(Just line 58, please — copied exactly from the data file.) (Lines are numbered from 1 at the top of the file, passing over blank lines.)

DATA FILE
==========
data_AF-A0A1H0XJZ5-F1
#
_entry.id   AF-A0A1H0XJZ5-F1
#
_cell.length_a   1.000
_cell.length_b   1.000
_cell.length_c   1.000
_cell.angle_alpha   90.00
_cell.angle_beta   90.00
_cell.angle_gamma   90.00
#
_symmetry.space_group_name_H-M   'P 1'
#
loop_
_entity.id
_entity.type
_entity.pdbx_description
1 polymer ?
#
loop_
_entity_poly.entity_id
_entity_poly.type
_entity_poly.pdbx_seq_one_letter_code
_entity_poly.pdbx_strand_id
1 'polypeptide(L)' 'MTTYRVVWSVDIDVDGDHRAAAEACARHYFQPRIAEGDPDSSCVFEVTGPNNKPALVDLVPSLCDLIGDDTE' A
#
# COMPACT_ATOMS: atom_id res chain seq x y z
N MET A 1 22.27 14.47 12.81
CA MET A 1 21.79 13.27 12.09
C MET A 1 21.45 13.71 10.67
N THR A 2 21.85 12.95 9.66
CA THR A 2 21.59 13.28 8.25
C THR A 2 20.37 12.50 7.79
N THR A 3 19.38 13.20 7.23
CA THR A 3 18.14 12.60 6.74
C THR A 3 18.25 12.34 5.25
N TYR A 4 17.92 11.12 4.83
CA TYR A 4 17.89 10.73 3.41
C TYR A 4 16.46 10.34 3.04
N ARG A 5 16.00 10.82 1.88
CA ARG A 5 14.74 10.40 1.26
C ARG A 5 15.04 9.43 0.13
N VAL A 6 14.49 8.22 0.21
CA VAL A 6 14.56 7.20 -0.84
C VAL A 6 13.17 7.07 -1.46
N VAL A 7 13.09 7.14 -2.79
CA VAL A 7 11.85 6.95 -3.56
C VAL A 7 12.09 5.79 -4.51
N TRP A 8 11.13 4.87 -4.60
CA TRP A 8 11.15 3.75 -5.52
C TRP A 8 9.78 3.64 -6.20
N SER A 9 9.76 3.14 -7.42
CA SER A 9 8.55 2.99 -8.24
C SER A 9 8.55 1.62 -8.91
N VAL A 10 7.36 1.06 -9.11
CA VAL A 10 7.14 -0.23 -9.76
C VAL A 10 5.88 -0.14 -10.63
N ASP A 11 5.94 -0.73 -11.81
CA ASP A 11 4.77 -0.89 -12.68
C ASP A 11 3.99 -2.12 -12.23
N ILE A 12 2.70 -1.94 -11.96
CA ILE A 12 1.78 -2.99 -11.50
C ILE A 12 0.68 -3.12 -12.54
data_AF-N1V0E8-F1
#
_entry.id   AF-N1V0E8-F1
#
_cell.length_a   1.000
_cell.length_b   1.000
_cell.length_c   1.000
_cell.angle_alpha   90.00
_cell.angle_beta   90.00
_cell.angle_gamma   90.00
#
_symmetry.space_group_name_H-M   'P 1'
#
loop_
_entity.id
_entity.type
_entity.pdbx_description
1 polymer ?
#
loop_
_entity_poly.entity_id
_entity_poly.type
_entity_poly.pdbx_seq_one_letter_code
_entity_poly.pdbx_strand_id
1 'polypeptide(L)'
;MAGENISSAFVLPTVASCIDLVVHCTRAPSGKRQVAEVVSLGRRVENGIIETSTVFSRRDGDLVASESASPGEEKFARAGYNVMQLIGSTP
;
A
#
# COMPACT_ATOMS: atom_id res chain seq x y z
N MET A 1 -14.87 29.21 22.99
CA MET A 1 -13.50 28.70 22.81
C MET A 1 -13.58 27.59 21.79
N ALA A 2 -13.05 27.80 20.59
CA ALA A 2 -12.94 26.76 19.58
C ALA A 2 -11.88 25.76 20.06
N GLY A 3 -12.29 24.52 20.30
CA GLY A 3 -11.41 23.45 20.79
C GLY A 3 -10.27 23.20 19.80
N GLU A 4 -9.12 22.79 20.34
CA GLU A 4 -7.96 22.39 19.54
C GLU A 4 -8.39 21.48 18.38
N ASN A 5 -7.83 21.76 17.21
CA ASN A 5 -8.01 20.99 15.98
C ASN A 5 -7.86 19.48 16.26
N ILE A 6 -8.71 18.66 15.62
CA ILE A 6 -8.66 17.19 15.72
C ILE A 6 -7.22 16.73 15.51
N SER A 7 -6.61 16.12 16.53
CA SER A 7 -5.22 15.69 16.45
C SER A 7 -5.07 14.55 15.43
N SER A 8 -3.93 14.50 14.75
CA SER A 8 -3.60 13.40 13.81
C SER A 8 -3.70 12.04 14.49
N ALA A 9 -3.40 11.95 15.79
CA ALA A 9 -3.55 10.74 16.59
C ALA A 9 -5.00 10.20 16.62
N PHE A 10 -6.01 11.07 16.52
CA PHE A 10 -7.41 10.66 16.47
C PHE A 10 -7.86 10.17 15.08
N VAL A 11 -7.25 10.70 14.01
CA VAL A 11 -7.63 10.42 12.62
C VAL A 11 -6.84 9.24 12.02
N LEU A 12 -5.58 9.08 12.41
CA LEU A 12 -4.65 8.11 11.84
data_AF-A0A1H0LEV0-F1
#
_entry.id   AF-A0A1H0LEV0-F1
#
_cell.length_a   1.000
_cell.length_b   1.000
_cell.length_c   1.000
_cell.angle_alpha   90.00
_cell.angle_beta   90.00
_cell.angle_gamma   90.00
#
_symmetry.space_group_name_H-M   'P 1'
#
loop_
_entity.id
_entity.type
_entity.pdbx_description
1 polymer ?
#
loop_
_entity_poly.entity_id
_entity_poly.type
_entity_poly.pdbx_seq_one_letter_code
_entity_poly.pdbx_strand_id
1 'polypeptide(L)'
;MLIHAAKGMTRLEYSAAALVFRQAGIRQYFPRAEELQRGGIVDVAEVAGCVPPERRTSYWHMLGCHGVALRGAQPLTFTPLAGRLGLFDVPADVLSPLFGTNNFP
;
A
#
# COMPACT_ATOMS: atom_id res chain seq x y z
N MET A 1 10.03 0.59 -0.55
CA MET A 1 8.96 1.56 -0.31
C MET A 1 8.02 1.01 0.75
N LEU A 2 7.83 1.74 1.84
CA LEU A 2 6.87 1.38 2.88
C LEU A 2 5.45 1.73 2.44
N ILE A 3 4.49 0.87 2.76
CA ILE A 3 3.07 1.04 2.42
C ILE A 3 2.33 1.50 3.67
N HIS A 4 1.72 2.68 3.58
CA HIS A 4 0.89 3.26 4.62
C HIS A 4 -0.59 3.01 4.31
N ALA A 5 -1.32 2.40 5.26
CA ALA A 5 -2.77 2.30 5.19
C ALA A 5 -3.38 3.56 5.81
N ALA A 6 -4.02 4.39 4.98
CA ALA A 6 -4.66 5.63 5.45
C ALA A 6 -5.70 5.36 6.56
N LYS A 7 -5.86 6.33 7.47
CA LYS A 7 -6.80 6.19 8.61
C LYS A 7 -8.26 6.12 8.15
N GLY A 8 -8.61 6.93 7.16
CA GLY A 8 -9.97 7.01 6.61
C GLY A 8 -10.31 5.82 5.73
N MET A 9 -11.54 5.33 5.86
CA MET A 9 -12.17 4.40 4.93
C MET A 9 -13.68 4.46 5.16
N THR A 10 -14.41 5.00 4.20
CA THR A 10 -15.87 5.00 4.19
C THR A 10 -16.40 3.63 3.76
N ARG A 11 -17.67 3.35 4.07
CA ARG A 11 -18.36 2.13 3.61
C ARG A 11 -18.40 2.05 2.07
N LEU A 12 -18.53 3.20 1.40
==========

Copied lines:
N ASP A 11 5.94 -0.73 -11.81